He flagged the report’s lack of solutions for the bankruptcy risk to the individual farmer. “It will therefore be a significant task for the politicians to ensure this balance,” he said.

It’s a salient point. In 2023, an analysis by The Danish Council on Climate Change found that a tax of DKK 750 per tonne CO2e would result in an increase in the proportion of Danish farms with a negative net income from around 25 to 45 percent.

Speaking to Ritzau, chairman of the Climate Council Peter Møllgaard, said model one is “the most cost-effective for society and delivers the biggest reductions.”

“But it does not take so much into account other aspects such as cohesion and the competitiveness of the business world,” he added. 

Finally, independent economist Lars Gårn Hansen, a so-called vismænd (sage) in Denmark, and one of the four heads of the Economic Council, also recommended model one. 

“It spreads the tax from industry to agriculture and provides a uniform incentive to reduce CO2 emissions in a large part of the economy. This is the way to get the cheapest reductions,” he said.

He added that a lower tax rate will increase the cost to the average Dane: “There are few cheap reductions in agriculture. You are subsidising expensive technology solutions.”

Politicians pitch in
Initially, a green tripartite of the governing parties Venstre, Socialdemokratiet and Moderaterne will review the expert group’s report and attempt to reach a common proposal.

But many of Denmark’s political parties were quick to pick up on the report’s evaluation that, whatever level of carbon taxation they choose, 2000-8000 jobs will be lost in the agriculture sector.

Though the expert group downplayed these effects as “minimal”, it did not deter a flare of reactions.

Venstre, one of Denmark’s three governing parties, rejected the models, despite party leader Troels Lund Poulsen expressing his support for a green tax in October last year.

“We are not going to start from one of the models presented today,” economy minister and Venstre member Stephanie Lose told DR.

“We are going to work on the basis of what is already on the table, with the ambition for a real green transition that will not just send jobs out of the country,” she added.

Danmarks Demokraterne also flatly rejected the carbon tax. Inger Støjberg – a staunch supporter of the agriculture sector and ex-Venstre politician with whom the chairman of the farming union Landbrug & Fødevarer had previously pleaded “we need you in the negotiation room” – called the proposals a “scandal”.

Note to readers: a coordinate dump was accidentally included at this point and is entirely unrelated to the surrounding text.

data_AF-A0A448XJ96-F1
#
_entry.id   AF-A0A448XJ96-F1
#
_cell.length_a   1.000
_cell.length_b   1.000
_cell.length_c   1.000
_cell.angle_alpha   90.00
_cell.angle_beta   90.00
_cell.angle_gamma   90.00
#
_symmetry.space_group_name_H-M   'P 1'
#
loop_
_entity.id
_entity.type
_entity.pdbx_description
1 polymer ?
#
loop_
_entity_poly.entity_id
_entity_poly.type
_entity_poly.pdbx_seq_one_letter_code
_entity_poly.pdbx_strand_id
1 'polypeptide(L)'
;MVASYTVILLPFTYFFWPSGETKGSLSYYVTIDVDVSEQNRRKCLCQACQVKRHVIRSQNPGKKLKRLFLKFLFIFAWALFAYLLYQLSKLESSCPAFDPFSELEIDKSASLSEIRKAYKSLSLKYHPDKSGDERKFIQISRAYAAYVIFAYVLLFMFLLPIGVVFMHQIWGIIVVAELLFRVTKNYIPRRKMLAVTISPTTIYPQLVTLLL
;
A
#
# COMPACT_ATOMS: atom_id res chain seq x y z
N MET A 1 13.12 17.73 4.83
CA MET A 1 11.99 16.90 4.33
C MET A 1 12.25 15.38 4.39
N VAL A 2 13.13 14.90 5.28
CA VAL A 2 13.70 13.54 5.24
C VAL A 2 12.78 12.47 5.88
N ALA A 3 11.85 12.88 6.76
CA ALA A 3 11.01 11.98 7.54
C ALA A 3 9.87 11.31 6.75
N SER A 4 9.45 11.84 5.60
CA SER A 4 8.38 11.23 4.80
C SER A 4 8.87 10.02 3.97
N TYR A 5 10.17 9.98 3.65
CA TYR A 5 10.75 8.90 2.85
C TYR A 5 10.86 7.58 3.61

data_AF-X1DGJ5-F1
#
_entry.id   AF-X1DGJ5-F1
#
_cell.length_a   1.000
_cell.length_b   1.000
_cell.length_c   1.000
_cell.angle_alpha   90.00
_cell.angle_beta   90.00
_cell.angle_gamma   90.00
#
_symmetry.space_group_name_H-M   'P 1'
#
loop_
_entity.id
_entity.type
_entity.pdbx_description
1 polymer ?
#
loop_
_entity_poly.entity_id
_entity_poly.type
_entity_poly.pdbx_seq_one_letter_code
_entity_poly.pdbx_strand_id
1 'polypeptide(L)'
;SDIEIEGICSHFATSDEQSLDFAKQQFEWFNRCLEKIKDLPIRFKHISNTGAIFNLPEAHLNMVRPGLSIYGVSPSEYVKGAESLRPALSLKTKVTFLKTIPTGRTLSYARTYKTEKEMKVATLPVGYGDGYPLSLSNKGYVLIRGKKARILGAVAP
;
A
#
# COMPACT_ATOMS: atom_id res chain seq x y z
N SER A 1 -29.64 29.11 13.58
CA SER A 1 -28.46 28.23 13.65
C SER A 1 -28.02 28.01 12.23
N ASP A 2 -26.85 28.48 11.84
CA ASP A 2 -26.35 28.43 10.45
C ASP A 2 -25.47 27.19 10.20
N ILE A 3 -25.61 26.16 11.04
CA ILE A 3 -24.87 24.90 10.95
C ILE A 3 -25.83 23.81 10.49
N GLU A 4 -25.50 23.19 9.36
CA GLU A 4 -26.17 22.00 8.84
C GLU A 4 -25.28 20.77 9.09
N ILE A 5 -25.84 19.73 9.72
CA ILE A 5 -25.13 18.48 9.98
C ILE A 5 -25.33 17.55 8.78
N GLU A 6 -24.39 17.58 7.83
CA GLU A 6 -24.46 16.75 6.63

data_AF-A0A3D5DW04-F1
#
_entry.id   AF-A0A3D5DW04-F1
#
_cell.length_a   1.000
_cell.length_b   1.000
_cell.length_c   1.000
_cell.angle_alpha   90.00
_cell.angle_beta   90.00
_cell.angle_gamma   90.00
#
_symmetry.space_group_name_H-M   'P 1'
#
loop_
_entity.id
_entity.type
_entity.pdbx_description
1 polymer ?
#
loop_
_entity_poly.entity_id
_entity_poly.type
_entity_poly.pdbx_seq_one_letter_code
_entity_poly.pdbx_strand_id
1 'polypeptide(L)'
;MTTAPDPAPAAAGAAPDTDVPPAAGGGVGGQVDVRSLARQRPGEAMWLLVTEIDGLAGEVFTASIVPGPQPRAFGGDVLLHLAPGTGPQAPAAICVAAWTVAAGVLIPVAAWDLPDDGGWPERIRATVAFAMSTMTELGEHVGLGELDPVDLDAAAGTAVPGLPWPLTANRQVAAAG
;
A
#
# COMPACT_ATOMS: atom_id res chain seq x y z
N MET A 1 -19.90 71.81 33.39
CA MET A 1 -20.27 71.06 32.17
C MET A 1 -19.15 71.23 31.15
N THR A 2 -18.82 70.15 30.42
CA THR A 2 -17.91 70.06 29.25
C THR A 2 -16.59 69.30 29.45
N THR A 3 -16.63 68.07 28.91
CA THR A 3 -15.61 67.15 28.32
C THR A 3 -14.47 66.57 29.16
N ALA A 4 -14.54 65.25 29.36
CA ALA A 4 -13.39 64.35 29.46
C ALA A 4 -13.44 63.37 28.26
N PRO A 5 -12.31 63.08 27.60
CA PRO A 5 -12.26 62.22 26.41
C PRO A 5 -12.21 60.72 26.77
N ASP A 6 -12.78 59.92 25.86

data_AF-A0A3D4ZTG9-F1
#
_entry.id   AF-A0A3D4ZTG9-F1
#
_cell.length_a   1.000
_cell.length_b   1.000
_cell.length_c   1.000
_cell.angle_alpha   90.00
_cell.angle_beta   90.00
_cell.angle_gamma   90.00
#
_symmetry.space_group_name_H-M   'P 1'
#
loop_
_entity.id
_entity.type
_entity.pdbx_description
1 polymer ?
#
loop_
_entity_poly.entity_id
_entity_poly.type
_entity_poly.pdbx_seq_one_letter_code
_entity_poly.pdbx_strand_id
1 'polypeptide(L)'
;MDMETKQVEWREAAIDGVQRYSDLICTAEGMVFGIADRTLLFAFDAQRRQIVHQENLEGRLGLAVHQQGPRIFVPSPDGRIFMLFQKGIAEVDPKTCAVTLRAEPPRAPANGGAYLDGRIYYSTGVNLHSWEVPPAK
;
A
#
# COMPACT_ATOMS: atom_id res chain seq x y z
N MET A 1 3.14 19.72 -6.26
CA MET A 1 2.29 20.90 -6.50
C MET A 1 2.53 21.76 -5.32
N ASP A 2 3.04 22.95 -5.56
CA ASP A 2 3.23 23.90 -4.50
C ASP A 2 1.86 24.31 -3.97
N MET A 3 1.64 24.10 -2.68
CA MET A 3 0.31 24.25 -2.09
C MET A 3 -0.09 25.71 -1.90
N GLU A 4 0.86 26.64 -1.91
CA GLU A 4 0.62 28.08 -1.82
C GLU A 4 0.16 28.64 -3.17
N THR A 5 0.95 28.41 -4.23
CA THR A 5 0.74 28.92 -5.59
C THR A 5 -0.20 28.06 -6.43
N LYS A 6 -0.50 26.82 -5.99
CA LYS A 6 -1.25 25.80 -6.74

Speaking to DR, Danmarks Demokraterne spokesperson Hans Kristian Skibby added: “coercion is of no use if the industry does not have source funding to meet the investments that are needed.”

SF issued a statement of support for model one, with spokesperson Signe Munk commenting to Avisen: “I am inclined towards that with the greatest certainty of bringing down CO2 emissions.”

She cautioned, however, that the model is not a plug-and-play, given the potential loss of jobs: “You can’t just say, well, in the economists’ spreadsheet it evens out. While we cannot avoid that agriculture will shrink, the sector can be part of the solution and we must try to help these people.”

The time is now for ambitious climate policy
In the coming weeks, Denmark’s political landscape will be rife with debate, as the country attempts to land this seminal piece of legislature.

Whether the final carbon taxation model can be exported to other countries, in part or whole, remains to be seen. Danish policymakers are breaking new ground in securing a green economy.

In all of this, Møller’s words again ring loud and clear: “If we can’t do it in Denmark, I don’t see how it can be done elsewhere.”

Now is the hour for ambitious climate politics. The eyes of the world are on Denmark as it takes the first punt.